For Cal football’s offensive coordinator and quarterbacks coach Beau Baldwin, it’s hard not to exhaust the most clichéd sports tropes after a hotly contested and fast-paced 12th day of fall camp on Thursday, especially when those tropes portray the reality of his offense’s progression.
Baldwin and company tried to build on what they did wrong in their first full scrimmage Tuesday, putting an emphasis on consistency and cultivating a winning mindset.
“Things aren’t going to be perfect. Things aren’t going to be perfect on a play, on a series, and a lot of times, even in a quarter of play,” Baldwin said. “So it’s all about what you’re doing with the next play. That was our big focus: that you can’t look in the rearview mirror.”
A renewed focus on earning big “chunk” plays in the passing game has begun to mitigate some of Cal’s biggest pitfalls from last season. Ranked last in the Pac-12 in total offense after an abysmal 2018, the Bears’ quarterbacks have already shown they’re not afraid to hurl the ball deep.
Tuesday’s scrimmage saw quarterback Chase Garbers link with junior Jeremiah Hawkins on a long touchdown reception. The next day, Garbers connected with sophomore Nikko Remigio for another big gain. Remigio, who arrived for camp Monday after nursing an injury, believes an increased emphasis on the deep ball can bring Cal’s offense to the next level.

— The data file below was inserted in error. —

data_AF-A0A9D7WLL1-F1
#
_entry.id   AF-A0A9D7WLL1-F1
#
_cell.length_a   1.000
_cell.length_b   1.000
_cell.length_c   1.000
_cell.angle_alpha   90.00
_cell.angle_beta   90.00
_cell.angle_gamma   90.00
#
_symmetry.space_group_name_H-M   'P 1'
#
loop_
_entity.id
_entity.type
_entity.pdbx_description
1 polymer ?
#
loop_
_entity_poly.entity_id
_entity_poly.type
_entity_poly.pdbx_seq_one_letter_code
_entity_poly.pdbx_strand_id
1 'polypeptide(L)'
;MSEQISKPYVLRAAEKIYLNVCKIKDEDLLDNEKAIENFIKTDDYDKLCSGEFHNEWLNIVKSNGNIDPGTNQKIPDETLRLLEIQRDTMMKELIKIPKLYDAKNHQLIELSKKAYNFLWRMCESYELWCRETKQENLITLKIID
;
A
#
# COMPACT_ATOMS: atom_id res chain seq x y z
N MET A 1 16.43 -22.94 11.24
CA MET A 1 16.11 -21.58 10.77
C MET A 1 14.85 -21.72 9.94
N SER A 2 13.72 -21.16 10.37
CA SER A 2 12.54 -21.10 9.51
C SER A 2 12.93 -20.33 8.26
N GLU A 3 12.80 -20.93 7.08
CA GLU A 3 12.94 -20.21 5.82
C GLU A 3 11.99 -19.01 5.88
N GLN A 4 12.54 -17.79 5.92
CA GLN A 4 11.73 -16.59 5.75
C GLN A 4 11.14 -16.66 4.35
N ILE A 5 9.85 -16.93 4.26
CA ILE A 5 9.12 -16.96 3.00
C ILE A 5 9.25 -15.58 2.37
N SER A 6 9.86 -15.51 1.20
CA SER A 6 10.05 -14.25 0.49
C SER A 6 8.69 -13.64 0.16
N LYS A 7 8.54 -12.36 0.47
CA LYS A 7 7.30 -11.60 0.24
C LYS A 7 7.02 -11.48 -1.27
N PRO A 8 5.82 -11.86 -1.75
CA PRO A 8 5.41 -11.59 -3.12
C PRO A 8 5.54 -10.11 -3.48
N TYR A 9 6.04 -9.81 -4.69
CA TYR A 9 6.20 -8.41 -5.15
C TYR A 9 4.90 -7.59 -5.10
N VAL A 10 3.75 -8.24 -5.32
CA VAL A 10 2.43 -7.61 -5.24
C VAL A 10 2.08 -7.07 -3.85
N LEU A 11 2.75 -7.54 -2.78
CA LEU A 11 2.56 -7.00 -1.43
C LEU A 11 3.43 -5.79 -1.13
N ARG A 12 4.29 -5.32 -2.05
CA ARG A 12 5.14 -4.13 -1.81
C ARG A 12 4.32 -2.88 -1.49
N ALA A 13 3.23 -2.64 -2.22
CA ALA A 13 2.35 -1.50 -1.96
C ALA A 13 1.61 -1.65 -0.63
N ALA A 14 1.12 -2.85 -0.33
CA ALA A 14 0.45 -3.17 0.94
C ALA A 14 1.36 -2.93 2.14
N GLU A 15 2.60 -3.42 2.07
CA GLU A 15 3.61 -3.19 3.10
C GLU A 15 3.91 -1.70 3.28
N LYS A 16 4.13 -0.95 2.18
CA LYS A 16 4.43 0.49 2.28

“We didn’t throw the ball deep last year, like, at all,” Remigio said. “Just making that a point of emphasis is huge, because those are huge momentum changes in a game. You can really pull away with those big, explosive plays.”
Donning spider pads Thursday, the Bears’ offense and defense were separated for the majority of the shortened practice, each walking through a variety of different plays and packages.
The special teams unit, which typically works by itself on Maxwell Family Field, got more reps on the main field as the team organized full punt, field goal and field goal block scenarios before breaking into 11-on-11.
With junior transfer Devon Modster still awaiting word on his availability for Cal’s first game against UC Davis, Garbers continued to field most of the first team reps. Both quarterbacks, among the other young talent Cal has at the position, have struggled with ball security in the early days of camp, a trend Baldwin hopes to temper before Aug. 31.
“It’s about focusing on the positives of ball security and decision-making,” Baldwin said. “It’s just a matter of taking care of the football, trusting your read progression and working on the ball security every day in practice so it becomes a habit.”
As practice continues and players become more comfortable with the playbook, Baldwin is looking for individuals who can make the most out of the toughest situations and separate themselves from the rest.
“How are our guys going to continue working through and handle the toughest moments?” Baldwin said.